The Quebec government is boosting its take from a mining sector already beset by a global downturn, introducing minimum royalty payments and other tax increases aimed at generating up to $200-million a year.
Those increases are less than what the Parti Québécois promised during last's year's election campaign – an acknowledgment, the government said, that the drop in commodity prices meant it had to scale down its plans for increasing revenue from the sector.
The new taxes are in addition to existing federal and Quebec general corporate taxes.
According to the Quebec government, at least 10 mining companies didn't pay any taxes to the province in 2011. The proposed changes, to take effect in 2014, take aim at those firms, requiring that any mining operation pay the higher of two fees: either a royalty on production (with a 1-per-cent tax on the first $80-million on the value of the mineral output, increasing to 4 per cent after that point) or a graduated tax based on a firm's profit margin (starting at 16 per cent and rising to a top rate of 28 per cent).
Quebec Finance Minister Nicolas Marceau estimated that, depending on mining activity and profits, the new regime will increase government revenues between $73-million and $200-million a year in 2015. Mr. Marceau said that over the next 12 years, the province could increase cumulative revenues up to $1.8-billion.
The amount falls well short of the average $388-million a year over five years the PQ promised to extract from mining companies.
Mr. Marceau said a 25-per cent decrease in metal prices since 2011 forced the government to revise its strategy. "There are less profitable mining companies right now…I never accepted the logic of a fixed amount Mr. Marceau said. "The context has changed. It would have been irresponsible to achieve the figure [of $388-million per year]."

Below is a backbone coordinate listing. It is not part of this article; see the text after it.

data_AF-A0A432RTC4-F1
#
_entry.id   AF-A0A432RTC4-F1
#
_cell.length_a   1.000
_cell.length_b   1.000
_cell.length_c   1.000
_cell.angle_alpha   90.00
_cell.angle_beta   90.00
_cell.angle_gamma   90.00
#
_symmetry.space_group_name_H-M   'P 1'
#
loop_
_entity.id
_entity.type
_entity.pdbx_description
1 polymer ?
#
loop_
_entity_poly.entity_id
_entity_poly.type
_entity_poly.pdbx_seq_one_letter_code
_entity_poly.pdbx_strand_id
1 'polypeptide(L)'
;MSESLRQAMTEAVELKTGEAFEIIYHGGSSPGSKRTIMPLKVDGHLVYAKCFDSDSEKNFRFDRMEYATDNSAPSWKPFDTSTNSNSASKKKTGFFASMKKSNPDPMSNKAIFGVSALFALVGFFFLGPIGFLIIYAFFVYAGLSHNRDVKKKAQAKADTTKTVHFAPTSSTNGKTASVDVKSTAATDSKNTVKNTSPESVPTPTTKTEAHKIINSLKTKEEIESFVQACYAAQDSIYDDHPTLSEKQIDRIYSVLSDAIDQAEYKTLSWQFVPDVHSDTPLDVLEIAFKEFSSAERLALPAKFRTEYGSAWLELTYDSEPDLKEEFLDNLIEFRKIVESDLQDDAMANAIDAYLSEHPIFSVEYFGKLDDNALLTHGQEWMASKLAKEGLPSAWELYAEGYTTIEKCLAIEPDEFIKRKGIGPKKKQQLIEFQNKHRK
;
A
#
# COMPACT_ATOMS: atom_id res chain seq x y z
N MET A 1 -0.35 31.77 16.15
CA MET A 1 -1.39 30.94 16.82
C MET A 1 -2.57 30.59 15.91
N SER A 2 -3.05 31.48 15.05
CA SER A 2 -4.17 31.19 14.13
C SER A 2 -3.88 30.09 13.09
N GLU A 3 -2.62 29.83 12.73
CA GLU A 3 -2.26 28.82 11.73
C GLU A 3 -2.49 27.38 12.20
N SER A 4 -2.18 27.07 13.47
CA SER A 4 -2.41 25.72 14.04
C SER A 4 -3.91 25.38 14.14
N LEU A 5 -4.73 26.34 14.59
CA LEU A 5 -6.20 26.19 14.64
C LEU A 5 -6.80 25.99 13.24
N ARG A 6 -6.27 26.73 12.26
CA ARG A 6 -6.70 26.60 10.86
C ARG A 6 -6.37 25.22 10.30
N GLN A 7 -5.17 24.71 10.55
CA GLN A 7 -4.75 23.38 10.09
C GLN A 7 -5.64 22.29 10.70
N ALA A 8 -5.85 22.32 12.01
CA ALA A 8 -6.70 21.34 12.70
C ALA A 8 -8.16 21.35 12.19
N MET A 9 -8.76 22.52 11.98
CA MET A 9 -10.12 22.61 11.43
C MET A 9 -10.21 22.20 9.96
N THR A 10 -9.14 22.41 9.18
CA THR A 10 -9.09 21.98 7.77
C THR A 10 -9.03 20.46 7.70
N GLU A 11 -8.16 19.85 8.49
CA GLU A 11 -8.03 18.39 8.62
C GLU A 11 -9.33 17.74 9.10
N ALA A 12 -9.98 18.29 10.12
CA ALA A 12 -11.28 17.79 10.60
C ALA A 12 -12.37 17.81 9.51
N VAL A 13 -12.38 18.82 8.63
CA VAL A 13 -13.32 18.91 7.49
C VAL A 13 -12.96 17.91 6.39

Mr. Marceau said that over a 12-year period, the province could increase revenues up to a maximum of $1.8-billion, which will go to paying down the province's debt.
The mining industry said it is "extremely disappointed" in the changes, which come just three years after the last change in the royalty and tax regime. "Given the difficulties the industry is now facing, this is not the time to change the rules," said Josée Méthot, president of the Quebec Mining Association, warning that some firms could postpone projects. Ms. Méthot noted there are no new incentives to encourage mining projects.
Quebec's royalty and tax hikes come as the global mining industry suffers billions of dollars in writedowns amid a slump in commodity prices.
Major mining companies, which overpaid for acquisitions at the peak of the commodity cycle, have watched demand slow and prices tumble for everything from aluminum to coal to iron ore. The worldwide slowdown has also meant that many project proposals remain on the drawing board because they have been rendered uneconomic due to low commodity prices.
Renault-François Lortie, an associate at the KPMG-Secor consulting firm, said Quebec's royalty and tax regime for mining is now the most demanding in Canada. "For a company like Tata, which has iron projects in both Quebec and in Labrador, it might encourage them to favour Newfoundland and Labrador," he said.
But it all depends on the way the new regime will be applied, as there are some additional deductions that might mitigate the raise in royalties, he said.
Environmentalists, however, criticized the government's increase as insufficient. "They could have done much, much more," said Ugo Lapointe, cofounder and spokesperson for the Quebec Meilleure Mine coalition, which campaigns for environmentally friendly and socially responsible operation of mines.
With files from Brent Jang in Vancouver